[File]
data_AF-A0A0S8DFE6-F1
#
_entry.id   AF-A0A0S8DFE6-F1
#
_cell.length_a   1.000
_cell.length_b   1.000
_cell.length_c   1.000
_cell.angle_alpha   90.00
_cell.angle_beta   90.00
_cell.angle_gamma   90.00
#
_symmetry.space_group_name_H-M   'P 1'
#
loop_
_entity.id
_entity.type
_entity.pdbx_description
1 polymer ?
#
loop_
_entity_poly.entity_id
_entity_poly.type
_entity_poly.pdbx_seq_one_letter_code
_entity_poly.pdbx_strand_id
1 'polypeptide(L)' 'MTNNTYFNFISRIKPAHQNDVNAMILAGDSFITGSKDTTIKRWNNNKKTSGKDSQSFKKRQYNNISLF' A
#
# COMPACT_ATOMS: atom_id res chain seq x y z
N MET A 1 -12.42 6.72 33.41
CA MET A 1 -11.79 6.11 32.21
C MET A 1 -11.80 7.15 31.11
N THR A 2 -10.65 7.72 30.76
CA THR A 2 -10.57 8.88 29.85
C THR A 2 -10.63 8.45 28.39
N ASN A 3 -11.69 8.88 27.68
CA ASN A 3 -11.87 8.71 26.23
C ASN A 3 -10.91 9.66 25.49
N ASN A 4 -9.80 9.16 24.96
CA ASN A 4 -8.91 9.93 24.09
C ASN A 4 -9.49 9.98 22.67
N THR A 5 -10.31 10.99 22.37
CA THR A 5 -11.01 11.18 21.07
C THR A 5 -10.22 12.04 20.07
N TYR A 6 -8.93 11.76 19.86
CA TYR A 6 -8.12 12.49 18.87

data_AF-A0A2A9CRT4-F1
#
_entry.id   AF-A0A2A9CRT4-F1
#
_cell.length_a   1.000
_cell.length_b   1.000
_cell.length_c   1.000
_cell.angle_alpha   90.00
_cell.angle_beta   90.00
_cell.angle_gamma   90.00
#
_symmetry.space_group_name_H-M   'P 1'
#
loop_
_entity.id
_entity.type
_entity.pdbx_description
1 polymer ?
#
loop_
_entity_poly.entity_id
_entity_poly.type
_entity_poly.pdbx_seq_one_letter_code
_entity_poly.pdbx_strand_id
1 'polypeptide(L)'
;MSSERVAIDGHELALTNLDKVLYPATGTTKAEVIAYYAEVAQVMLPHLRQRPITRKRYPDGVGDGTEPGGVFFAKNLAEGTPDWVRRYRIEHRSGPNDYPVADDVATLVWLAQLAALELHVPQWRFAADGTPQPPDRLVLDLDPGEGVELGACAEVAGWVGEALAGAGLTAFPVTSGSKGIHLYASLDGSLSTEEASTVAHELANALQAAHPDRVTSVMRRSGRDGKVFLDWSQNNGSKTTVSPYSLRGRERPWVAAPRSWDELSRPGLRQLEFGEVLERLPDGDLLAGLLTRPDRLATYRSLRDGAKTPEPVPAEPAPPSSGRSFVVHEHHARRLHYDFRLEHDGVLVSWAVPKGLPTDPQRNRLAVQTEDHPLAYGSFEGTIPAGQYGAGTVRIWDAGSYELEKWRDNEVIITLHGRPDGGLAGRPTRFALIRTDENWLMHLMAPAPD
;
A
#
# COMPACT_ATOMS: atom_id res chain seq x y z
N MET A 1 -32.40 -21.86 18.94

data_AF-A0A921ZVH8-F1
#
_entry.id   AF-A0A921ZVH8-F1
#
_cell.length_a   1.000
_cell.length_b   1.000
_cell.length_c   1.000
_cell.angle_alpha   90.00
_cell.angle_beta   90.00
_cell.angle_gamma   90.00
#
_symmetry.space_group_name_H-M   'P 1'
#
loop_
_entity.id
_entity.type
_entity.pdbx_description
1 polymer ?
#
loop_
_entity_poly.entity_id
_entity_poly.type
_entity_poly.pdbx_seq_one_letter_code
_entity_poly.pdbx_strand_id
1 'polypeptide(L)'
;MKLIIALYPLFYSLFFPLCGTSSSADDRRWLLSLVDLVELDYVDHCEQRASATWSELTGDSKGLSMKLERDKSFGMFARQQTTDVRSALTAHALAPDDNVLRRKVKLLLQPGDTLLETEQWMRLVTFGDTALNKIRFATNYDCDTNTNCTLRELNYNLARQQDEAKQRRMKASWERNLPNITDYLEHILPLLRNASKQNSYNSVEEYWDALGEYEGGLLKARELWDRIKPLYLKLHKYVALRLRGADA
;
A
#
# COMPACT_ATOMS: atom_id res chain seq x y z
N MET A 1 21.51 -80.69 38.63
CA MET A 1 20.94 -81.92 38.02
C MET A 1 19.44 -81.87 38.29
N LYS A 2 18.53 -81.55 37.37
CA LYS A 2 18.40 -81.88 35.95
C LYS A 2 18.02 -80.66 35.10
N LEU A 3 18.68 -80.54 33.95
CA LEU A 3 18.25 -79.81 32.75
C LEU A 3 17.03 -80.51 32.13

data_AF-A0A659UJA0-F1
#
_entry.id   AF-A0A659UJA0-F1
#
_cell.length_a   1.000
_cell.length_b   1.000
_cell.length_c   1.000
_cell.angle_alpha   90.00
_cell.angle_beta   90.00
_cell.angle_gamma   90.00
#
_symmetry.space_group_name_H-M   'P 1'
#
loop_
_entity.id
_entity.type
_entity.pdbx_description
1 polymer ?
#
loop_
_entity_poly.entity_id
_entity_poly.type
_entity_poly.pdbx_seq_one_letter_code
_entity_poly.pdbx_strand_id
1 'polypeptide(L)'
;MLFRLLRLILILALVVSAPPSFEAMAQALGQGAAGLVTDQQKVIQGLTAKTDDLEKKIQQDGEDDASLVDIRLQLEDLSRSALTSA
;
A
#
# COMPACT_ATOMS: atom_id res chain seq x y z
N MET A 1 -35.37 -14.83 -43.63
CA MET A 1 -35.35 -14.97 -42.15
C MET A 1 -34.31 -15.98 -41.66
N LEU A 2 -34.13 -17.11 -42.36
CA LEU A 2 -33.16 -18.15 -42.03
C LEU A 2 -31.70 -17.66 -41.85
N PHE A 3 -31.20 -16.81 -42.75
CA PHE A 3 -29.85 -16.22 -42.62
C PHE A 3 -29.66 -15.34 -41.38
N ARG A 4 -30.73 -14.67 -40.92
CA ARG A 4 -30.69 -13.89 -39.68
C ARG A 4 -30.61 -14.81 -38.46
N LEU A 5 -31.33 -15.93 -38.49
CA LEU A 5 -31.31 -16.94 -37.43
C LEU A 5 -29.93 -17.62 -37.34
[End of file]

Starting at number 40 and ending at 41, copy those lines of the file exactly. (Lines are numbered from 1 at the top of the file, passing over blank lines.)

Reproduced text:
N THR A 5 -10.31 10.99 22.37
CA THR A 5 -11.01 11.18 21.07